24-Hour Fitness Gym on Route 739 Wins Approval
24-Hour Fitness Gym on Route 739 Wins Approval
By Wayne Witkowski
The Pike County Dispatch
DINGMANS FERRY -- With the New Year only weeks old, Delaware Township Supervisors John Henderson and Rick Koehler hit the ground running at the first workshop and regular meeting of the year.
- They voted, in a tone of regret, to accept the unexpected resignation of fellow Supervisor Jane Neufeld, effective on New Year's Eve. They will appoint an interim supervisor for the duration of Neufeld's term, which expires at the end of the year, at the Feb. 8 meeting in compliance with state Class 2 township codes. Henderson explained, when asked, that townships must fill a supervisor vacancy within 30 days of a resignation. No letters of interest will be considered. If they can not decide on a replacement, the task goes to the vacancy board, which is Steve McBride, for a recommendation.
- A proposal for a 24-hour fitness gym to be built on the property next to Dollar General beyond Akenac Park on Route 739 was approved with a hefty list of conditions after a joint public hearing with the township Planning Commission and the supervisors. Project manager Lou Cozza of Niclaus Engineering in Stroudsburg presented the blueprints as he and fitness center owner Chris Colella, joined by co-owner and wife Veronica, discussed the 7,000-square-foot project. The Colellas wish to relocate Iron Body Strength and Fitness center from its current location that opened in 2021 farther along Route 739 in Dingmans Ferry, which has 4,800 square-feet split in the two-floor building. Chris Colella said the public popularity with memberships is "outgrowing" the current location, which "has been working out pretty well and gotten established."
- At the end of the meeting, Henderson announced a proposed Shawnee-Walker Transmission Line Public Information Session that will take place at the township municipal building 6 p.m. on Wednesday (Jan. 18) this week. Henderson expressed expectation that it will draw a larger public gathering than usual, much like a September meeting when residents came to express their concerns about health risks from exposure to electromagnetic waves from the high voltage wires. Residents also briefly discussed the project at the previous meeting on Dec. 7. The line, which would serve as an alternate power supply during outages, would run through rights of way next to homes in the township's residential zone and through Akenac Park. It also would run through neighboring Lehman Township through its state gameland areas but not run through residential neighborhoods.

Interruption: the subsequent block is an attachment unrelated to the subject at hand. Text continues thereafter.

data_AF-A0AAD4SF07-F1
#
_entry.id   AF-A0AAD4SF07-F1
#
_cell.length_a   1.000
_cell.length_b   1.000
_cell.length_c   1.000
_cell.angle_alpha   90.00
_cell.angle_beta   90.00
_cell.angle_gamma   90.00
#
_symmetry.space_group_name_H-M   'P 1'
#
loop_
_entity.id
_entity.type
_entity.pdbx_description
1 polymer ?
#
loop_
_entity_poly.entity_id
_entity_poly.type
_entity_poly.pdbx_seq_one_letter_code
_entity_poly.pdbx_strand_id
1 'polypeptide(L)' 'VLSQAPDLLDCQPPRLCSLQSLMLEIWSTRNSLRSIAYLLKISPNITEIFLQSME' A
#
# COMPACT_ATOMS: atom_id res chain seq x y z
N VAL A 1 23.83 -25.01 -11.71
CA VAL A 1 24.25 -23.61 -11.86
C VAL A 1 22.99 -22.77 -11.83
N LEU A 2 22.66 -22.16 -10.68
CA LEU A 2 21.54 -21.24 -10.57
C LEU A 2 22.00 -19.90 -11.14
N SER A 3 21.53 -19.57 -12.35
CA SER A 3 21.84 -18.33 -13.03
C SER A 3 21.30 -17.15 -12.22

- The township also took its first steps toward posting mph speed limit signs at curves in the township by approving the $760.80 purchase of a ball bank indicator. The device measures in a vehicle the centrifugal force as it takes a curve in the road to tabulate the preferred speed. "We have no sped limit signs on our roads (for curves) right now," said township Administrator Krista Predmore.
The public hearing for the fitness center drew the most attention, taking a half hour before motions for land development, conditional use and the planning module for the .9 acres of property for the building were approved afterward during the regular meeting. Chris Colella said groundbreaking was anticipated to begin in April. Cozza said the startup plans were not final but township Engineer Jon Tresslar said he cited only "minor things" in his letter critiquing the initial plans.